Friday, May 08, 2009
In a letter to Sen. John McCain, Defense Secretary Robert Gates revealed details of the Air Force One flyover that sparked panic in New York City and led to the expected release Friday of a photo showing the mission.
Defense Secretary Robert Gates has ordered a review of notification procedures for high-visibility "training events" such as the Air Force One photo shoot that flew over the Manhattan skyline last month, striking fear in the hearts of New Yorkers.
In a letter responding to a request by Sen. John McCain, the ranking Republican on the Senate Armed Services Committee, Gates wrote that he was concerned that the public had not been adequately informed about the flyover, a picture of which is expected to be released Friday by the White House.
"I am concerned that this highly public and visible mission did not include an appropriate public affairs plan nor adequate review and approval by senior Air Force and (Department of Defense) officials," Gates wrote in the letter dated Tuesday and later obtained by FOX News.
Participants on the flight included one combat photographer, a standard crew complement for Air Force One and the two F-16s that accompanied it and no non-duty personnel or extra passengers, Gates wrote.
Gates wrote the mission was planned in late March 2009 and was coordinated by the White House Military Office's Presidential Airlift Unit, which is an Air Force unit; Federal Aviation Administration liaisons; a Systems Operations Security team; traffic managers; New York air traffic control representatives and Newark and LaGuardia tower supervisors.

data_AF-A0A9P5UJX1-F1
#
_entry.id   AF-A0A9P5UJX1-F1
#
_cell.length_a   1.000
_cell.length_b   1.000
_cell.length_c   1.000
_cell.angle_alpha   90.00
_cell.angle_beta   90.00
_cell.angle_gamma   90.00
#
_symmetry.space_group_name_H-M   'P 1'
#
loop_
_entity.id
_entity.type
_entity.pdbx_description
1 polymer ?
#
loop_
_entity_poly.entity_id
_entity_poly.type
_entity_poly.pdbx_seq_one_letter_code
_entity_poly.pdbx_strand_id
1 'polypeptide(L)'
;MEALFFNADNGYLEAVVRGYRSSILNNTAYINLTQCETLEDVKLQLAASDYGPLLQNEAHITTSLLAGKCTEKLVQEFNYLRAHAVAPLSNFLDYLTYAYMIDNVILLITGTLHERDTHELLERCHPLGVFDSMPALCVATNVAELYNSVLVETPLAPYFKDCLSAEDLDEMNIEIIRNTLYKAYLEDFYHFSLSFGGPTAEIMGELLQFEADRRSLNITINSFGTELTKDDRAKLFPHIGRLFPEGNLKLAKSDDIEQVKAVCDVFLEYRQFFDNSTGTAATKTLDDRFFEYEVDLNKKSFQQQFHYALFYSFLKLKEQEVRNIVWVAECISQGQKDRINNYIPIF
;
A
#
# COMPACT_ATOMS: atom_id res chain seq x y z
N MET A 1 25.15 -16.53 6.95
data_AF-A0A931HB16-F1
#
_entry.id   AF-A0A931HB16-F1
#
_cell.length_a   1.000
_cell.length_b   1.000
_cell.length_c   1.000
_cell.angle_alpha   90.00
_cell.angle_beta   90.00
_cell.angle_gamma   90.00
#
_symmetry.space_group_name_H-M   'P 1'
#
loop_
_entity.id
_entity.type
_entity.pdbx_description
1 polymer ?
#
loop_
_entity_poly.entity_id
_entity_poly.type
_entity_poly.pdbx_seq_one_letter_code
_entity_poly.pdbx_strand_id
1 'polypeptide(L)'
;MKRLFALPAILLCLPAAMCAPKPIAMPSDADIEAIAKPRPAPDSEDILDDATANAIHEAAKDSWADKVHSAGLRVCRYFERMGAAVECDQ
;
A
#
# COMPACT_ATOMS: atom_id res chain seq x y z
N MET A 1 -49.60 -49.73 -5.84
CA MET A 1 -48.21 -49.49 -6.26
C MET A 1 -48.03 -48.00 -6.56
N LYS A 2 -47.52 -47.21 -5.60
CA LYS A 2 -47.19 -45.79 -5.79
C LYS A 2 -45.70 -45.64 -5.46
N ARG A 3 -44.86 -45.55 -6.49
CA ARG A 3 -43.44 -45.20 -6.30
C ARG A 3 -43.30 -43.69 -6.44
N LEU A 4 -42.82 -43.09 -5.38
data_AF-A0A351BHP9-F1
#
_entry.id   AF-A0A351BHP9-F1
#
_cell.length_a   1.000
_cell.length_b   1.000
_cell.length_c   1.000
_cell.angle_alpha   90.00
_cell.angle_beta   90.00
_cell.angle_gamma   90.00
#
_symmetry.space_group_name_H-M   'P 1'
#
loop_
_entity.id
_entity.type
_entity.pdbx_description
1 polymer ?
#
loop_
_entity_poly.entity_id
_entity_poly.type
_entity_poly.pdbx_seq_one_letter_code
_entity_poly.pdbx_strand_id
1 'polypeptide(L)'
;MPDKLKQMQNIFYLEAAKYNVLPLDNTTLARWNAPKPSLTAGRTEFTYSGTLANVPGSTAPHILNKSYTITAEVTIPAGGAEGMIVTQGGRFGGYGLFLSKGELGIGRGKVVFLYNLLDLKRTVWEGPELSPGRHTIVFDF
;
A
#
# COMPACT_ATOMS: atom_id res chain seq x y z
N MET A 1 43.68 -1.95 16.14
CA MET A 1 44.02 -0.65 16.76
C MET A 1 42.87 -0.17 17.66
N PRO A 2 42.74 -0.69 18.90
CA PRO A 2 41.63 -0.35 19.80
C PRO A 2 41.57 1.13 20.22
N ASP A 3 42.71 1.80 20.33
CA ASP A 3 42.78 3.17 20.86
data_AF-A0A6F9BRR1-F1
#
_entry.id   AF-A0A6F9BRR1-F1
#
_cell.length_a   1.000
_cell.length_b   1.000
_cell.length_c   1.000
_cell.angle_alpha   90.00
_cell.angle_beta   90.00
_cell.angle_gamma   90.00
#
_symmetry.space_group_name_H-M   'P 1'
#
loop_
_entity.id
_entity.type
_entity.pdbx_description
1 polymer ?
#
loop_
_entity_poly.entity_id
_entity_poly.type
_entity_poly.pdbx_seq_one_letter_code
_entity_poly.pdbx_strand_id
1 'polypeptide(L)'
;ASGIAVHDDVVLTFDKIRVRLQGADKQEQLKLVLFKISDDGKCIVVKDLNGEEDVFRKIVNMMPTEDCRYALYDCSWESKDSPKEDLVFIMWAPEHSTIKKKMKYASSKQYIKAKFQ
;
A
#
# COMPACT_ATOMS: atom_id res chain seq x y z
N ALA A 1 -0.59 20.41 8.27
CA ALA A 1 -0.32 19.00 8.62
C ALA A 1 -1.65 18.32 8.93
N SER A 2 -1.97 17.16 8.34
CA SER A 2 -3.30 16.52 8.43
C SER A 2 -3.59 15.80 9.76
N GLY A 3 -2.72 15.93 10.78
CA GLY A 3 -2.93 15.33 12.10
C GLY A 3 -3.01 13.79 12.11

Gates wrote the FAA notified several agencies on April 24, 2009, about the impending event, including the U.S. Park Police, the New York City mayor's office, the New York City Office of Emergency Management, New York City Police Department Operations, New Jersey State Police Regional Coordination Center and New Jersey area emergency operations centers in Newark, Jersey City, Bayonne, Hoboken and Elizabeth.
The plane flew at FAA-approved altitude, according to the defense secretary. In conjunction with the photo shoot, the pilots also practiced instrument approaches and landings at Atlantic City International Airport, an approved training location.
The April 27 flyover sparked chaos in the city since the public, and even Mayor Michael Bloomberg, had not been notified it would take place. Thousands of New Yorkers, reminded of the Sept. 11, 2001, terrorist attacks, quickly evacuated office buildings and emergency call centers were inundated.
"The reaction to the low-flying VC-25 and F-16 fighter aircraft over New York City (NYC) is understandable, and we deeply regret the anxiety and alarm that resulted from this mission," Gates wrote.
A day after the flight, President Obama denounced the photo-op, which cost $328,835, calling it "a mistake." The head of the White House Military Office, Louis Caldera, who coordinated the flight mission, also apologized for the incident.
Earlier this week, the Obama administration did an about-face when it first announced it would not release any pictures of the flyover even though officials said the whole reason for it was to take publicity photos and give pilots some flying time. The next day Press Secretary Robert Gibbs said a photo would be forthcoming.
Gates wrote that he was also concerned that an Air National Guard aircraft was used in the mission.
"I have asked the chairman of the Joint Chiefs of Staff to ensure that the Military Service and National Guard Bureau procedures for such activities include appropriate safeguards, checks and balances to ensure missions of this type are properly reviewed, vetted and announced in the future," he wrote.
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